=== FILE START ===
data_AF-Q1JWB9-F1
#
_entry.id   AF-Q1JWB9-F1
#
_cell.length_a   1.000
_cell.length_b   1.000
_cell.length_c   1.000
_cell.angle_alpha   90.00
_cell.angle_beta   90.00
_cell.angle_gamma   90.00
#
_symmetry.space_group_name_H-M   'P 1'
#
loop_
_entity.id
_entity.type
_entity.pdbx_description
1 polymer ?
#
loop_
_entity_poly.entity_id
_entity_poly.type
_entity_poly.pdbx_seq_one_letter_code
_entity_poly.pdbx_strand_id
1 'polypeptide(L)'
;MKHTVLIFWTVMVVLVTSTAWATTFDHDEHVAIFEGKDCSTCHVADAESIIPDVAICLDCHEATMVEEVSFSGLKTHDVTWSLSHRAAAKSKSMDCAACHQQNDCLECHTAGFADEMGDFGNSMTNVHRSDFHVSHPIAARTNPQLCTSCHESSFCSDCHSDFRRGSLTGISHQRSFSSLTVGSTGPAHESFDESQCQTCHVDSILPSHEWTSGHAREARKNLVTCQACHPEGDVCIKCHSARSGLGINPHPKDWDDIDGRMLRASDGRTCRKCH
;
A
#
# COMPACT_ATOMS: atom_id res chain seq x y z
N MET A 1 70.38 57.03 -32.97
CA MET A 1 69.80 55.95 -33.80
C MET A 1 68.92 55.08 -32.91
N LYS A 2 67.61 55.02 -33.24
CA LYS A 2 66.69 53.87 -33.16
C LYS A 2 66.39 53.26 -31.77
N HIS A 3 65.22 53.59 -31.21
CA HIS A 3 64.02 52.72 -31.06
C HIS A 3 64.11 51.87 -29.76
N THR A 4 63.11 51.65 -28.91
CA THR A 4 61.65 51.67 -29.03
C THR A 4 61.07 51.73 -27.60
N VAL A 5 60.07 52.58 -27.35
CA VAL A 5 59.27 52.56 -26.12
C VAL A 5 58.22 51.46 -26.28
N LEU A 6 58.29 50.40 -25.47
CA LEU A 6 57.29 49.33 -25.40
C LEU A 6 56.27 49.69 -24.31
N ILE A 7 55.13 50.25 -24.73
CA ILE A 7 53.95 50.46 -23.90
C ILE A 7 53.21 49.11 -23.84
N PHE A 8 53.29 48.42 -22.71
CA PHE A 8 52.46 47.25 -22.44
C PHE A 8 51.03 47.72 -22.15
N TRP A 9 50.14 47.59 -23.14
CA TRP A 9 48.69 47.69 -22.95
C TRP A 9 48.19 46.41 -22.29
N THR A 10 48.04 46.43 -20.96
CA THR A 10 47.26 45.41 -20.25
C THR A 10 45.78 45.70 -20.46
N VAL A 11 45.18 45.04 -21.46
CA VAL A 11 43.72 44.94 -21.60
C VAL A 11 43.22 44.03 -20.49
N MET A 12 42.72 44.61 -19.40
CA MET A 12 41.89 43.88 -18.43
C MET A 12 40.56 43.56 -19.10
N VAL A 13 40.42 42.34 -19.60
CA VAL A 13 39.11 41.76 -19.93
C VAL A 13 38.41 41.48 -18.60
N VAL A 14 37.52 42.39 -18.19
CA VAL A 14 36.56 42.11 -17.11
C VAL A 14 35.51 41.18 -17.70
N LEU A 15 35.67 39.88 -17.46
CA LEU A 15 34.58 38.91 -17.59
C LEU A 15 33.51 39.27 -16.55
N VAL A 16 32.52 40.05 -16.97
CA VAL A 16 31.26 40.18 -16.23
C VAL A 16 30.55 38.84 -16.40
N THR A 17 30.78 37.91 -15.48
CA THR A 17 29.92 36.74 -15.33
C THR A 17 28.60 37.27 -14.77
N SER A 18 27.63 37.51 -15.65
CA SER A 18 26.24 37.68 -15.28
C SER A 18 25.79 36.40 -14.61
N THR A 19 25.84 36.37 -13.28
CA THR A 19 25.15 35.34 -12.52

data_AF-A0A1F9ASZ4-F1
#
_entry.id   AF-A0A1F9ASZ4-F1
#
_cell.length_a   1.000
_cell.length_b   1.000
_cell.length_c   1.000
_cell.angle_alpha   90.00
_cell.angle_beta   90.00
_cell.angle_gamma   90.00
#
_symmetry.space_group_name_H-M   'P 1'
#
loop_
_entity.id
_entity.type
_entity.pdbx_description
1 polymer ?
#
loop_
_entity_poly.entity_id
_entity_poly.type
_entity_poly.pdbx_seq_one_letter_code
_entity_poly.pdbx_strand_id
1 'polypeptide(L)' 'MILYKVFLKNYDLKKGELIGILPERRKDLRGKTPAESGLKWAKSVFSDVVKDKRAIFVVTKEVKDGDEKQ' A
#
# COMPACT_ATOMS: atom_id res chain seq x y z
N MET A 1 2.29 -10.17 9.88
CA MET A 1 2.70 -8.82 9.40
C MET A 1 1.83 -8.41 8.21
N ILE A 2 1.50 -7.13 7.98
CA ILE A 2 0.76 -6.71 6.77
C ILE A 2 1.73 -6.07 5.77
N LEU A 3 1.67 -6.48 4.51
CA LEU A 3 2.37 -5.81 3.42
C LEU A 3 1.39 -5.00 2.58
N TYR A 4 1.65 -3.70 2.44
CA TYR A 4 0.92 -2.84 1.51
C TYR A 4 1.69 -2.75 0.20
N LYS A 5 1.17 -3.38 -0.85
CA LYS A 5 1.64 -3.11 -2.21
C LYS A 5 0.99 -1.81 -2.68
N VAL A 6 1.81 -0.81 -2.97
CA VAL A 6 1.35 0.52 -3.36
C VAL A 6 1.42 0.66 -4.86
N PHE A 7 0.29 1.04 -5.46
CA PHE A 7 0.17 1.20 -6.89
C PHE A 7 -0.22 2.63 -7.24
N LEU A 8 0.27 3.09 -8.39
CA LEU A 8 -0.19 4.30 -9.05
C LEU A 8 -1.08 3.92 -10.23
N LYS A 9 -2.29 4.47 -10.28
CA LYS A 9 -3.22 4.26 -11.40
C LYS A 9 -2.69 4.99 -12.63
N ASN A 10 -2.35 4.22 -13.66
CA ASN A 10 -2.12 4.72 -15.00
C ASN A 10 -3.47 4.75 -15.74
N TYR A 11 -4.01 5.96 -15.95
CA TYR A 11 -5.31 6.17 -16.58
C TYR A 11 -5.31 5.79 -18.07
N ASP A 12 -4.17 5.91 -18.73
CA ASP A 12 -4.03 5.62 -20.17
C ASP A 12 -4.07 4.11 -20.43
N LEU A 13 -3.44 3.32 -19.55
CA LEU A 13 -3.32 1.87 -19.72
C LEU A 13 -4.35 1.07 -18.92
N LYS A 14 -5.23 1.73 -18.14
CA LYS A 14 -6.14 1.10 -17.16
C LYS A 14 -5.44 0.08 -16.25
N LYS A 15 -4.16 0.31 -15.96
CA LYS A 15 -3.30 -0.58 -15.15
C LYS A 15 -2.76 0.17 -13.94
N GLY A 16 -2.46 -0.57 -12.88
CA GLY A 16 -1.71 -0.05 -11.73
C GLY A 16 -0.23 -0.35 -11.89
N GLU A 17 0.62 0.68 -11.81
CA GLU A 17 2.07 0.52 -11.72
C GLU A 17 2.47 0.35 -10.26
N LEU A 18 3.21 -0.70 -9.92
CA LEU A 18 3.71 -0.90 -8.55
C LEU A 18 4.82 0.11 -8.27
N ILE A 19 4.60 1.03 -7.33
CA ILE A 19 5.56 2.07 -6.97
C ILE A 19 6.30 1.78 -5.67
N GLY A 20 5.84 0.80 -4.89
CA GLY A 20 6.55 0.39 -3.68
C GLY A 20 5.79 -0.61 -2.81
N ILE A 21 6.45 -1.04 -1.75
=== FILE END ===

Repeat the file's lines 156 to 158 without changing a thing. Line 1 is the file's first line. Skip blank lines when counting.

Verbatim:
N LYS A 15 -4.16 0.31 -15.96
CA LYS A 15 -3.30 -0.58 -15.15
C LYS A 15 -2.76 0.17 -13.94